Man jailed for using racial slur on NEA officers, wiping hands on one of them

Tay Teng How pleaded guilty to one charge each of using insulting words on a public servant and another of using criminal force on a public servant.
Tay Teng How pleaded guilty to one charge each of using insulting words on a public servant and another of using criminal force on a public servant.ST PHOTO: KELVIN CHNG

SINGAPORE - When two National Environment Agency (NEA) officers tried to stop a 69-year-old taxi driver from smoking in a carpark, he insulted them with a racial slur.

Tay Teng How was sentenced to two weeks' jail and a $2,000 fine after pleading guilty to one charge each of using insulting words on a public servant and another of using criminal force on a public servant.

The court heard that the Singaporean was smoking at a multi-storey carpark in the Bukit Panjang area on Nov 22 last year when the two NEA officers approached him.

Smoking is not allowed in the carpark as it is a sheltered area.

At first, Tay refused to hand over his identity card to the officers for them to issue a summons, complaining that they did not "even give chance".

He eventually relented but when the officers returned the card to him, Tay repeatedly asked them for hand sanitiser.

Tay told the officers there was "Covid-19 around", and added: "Hold my thing and then return back to me, don't know whether you're infected or not... both of you all don't know from India or whatever..."

He then threw the identity card on the bonnet of his taxi and wiped both hands on the shirt sleeve of one of the officers.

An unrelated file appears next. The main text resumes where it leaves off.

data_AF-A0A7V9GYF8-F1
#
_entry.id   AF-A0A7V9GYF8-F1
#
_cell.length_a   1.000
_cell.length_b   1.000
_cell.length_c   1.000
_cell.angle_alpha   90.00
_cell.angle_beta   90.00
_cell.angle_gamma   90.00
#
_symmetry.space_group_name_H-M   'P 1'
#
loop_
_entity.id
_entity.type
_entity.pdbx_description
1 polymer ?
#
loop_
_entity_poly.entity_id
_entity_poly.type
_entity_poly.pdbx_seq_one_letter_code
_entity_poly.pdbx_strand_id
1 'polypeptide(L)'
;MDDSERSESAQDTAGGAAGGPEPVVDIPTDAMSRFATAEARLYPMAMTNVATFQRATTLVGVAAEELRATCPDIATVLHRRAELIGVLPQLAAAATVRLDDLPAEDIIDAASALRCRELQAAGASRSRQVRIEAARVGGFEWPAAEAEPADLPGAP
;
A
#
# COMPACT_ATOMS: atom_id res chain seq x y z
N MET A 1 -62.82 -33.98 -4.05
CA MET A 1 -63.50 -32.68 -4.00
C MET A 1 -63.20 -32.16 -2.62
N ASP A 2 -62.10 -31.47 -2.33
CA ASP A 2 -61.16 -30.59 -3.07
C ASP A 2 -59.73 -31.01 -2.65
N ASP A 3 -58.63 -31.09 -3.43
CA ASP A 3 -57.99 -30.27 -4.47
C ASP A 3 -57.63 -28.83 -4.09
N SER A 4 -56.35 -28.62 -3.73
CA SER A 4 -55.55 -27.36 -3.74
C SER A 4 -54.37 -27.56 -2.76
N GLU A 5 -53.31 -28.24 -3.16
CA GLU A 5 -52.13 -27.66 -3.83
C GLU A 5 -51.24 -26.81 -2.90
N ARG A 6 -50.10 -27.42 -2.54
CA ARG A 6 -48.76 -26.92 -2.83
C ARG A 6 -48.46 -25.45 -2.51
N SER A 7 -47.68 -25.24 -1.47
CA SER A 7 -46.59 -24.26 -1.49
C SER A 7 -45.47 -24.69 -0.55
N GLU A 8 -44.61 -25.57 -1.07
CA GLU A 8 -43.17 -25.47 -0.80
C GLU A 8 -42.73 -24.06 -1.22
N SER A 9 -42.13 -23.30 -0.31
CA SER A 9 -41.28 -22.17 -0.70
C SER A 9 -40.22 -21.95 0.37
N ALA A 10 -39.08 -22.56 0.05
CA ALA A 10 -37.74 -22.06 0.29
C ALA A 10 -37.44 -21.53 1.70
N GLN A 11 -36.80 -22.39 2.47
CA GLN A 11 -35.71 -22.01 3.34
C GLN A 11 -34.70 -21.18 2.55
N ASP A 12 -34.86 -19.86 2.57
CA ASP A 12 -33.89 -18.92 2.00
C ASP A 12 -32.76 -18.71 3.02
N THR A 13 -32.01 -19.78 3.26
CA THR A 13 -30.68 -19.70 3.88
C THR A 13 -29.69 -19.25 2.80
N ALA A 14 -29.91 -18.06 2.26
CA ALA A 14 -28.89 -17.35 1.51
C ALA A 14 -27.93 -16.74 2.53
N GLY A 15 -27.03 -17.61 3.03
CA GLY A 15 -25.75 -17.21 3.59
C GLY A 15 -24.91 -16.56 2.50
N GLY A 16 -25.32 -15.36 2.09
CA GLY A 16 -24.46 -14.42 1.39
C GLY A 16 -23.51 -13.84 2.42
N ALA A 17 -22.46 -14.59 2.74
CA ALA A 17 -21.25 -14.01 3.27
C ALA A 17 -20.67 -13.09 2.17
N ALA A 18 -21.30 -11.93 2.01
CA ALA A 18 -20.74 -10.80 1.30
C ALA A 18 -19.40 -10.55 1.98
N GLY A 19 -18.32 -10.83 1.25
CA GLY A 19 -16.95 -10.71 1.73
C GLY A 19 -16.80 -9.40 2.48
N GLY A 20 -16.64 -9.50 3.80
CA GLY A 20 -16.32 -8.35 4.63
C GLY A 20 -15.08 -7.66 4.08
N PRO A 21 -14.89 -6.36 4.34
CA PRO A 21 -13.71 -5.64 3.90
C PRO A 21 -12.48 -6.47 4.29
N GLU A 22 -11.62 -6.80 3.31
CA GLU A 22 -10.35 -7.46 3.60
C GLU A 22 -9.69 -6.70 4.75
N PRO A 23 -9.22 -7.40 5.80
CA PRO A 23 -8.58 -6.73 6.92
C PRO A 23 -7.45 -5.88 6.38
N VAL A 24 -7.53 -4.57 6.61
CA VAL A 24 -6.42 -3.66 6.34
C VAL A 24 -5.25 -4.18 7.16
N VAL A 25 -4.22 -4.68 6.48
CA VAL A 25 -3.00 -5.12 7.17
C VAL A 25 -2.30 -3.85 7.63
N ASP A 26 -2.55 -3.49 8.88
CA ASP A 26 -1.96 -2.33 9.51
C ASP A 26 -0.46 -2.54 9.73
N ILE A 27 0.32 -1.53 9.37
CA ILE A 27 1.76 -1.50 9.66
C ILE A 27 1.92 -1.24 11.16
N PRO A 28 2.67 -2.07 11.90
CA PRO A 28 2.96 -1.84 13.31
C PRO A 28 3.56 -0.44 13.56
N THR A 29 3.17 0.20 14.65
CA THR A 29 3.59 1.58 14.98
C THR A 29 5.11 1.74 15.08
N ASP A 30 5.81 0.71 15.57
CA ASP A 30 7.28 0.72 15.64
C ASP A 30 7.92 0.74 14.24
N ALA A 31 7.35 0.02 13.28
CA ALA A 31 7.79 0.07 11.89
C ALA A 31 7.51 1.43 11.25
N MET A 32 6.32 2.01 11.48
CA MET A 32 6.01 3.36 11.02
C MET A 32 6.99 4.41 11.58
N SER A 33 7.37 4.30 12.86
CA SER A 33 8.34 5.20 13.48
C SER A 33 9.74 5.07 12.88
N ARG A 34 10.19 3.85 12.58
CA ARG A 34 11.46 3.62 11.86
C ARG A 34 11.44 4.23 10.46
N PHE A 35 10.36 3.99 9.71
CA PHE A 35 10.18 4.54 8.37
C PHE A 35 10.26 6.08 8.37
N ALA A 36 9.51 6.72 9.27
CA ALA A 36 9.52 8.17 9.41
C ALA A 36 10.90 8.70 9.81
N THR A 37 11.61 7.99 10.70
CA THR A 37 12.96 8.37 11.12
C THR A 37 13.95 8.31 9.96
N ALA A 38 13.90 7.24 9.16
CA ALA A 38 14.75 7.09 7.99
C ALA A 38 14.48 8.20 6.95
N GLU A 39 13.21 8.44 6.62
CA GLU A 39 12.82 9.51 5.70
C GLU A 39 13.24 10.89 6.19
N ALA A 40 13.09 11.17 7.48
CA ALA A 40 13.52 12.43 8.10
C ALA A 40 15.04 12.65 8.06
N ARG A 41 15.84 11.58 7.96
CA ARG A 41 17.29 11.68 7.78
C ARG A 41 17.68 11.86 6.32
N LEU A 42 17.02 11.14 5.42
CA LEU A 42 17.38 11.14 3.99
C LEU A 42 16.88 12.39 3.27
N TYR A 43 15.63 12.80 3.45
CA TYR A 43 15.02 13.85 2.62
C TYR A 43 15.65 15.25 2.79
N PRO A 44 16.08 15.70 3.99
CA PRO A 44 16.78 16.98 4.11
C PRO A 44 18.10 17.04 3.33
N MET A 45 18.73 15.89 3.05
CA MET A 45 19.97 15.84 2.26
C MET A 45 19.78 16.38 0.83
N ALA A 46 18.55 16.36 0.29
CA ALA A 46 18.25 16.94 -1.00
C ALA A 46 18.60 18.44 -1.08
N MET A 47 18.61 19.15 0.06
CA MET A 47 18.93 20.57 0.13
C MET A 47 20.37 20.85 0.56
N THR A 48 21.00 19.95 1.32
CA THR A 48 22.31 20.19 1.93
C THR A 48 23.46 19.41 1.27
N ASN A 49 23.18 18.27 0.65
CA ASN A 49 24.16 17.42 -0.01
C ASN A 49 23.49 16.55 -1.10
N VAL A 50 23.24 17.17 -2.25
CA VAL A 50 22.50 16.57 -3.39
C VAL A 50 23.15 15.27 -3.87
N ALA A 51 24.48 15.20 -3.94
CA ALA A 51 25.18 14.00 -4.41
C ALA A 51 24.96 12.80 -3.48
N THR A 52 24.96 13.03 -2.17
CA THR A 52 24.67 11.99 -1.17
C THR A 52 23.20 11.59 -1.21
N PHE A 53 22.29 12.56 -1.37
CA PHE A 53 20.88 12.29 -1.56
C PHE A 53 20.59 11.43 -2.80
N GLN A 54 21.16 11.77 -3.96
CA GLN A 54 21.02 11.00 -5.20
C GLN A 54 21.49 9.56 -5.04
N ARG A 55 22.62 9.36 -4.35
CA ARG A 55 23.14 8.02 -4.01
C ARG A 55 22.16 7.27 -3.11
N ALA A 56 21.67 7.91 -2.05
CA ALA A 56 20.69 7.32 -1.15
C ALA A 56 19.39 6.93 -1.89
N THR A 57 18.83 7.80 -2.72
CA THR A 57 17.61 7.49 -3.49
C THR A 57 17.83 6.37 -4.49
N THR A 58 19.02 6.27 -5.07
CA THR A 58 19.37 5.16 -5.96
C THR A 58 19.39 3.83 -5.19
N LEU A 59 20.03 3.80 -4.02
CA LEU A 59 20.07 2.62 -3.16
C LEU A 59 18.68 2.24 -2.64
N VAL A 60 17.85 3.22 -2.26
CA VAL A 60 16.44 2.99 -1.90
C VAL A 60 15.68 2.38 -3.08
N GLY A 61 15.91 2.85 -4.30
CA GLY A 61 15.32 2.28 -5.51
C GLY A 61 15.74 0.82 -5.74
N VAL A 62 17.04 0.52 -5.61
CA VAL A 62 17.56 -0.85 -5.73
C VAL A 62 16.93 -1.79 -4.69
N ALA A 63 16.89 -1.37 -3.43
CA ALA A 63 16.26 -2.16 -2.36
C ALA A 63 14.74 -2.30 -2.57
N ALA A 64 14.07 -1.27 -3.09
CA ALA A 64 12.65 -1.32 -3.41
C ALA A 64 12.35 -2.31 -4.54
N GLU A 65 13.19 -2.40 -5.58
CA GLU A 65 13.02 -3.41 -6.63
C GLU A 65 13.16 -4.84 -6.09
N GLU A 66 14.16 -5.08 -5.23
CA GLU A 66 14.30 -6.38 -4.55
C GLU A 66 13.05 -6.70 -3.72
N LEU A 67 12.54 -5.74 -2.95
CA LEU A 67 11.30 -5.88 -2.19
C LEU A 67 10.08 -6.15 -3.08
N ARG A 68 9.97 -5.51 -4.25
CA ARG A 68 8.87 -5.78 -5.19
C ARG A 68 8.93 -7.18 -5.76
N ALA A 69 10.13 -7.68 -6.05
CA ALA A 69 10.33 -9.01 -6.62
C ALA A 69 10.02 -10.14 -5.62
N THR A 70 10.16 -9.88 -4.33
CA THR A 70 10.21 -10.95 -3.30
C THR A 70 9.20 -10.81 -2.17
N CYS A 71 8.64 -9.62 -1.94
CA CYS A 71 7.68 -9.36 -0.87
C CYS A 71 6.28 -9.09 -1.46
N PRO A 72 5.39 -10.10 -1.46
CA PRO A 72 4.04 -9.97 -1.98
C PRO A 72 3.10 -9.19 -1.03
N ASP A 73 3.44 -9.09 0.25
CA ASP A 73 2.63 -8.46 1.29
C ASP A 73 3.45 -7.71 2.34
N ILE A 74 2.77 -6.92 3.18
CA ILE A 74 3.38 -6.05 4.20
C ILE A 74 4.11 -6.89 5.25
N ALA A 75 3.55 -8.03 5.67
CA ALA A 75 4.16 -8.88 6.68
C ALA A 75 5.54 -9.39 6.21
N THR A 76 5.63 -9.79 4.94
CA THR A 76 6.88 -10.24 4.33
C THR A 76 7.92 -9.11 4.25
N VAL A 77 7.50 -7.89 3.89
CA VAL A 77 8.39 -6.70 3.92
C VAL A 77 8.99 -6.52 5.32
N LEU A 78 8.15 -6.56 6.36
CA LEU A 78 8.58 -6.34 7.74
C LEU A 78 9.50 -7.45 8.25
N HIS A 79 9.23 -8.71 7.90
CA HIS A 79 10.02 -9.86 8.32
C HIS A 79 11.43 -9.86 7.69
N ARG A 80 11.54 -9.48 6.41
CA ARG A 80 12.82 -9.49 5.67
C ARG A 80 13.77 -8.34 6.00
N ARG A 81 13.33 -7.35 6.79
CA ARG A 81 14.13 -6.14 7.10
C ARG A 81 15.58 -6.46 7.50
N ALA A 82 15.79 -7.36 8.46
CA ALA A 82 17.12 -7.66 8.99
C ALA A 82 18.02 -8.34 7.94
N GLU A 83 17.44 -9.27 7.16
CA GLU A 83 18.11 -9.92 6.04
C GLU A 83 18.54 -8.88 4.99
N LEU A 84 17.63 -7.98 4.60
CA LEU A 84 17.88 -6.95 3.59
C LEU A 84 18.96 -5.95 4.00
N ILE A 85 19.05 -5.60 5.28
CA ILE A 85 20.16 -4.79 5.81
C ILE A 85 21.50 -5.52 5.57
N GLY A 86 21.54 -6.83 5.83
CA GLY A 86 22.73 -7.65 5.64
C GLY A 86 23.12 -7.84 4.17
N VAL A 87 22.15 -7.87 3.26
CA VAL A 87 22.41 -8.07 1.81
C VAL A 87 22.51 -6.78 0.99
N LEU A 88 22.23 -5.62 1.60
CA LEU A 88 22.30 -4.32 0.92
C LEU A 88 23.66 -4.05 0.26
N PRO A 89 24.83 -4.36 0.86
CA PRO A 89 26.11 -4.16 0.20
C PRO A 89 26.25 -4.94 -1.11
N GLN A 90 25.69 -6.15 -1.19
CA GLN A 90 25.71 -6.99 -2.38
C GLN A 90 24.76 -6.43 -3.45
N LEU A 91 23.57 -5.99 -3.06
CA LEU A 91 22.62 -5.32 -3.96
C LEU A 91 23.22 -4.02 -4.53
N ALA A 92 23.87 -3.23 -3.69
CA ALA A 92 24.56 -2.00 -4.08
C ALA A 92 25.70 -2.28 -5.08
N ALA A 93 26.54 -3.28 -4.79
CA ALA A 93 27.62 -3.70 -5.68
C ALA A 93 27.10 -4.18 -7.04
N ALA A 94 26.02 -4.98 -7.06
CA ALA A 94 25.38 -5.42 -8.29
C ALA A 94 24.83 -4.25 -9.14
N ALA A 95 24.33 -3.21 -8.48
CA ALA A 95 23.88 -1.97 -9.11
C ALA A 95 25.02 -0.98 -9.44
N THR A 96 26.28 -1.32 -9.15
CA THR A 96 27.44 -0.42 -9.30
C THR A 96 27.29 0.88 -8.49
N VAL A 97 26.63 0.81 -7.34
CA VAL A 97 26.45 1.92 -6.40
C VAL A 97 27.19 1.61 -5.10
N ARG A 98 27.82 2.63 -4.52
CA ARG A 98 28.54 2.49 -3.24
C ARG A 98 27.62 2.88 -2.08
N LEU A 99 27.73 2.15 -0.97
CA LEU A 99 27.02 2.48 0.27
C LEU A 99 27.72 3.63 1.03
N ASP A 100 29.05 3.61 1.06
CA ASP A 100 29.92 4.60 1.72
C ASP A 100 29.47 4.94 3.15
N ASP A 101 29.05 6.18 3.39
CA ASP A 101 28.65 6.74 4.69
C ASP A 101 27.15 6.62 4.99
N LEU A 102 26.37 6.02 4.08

"No, I have to clean it. I am very sensitive to this sort of thing," he said.

Seeking at least three weeks' jail and a $3,000 fine, Deputy Public Prosecutor Stephanie Chew said although the physical harm was low, Tay's conduct was "contemptuous".

"The accused's offence was directed at both victims and was especially offensive given the racial overtones and prevailing Covid-19 pandemic," she said.

In mitigation, Tay, whose wife accompanied him to court, said he regretted his actions and pleaded for leniency.

"Because of this case, I recently suffered from a stroke and am still under hospitalisation leave.

"I promise you this will be the first and the last (time)... Because of Covid-19, I was so conscious (of) hygiene," he said.

For using insulting words on a public servant, Tay could have been fined up to $5,000 and jailed for up to a year.

The offence of using criminal force on a public servant carries a maximum sentence of four years' jail and a fine.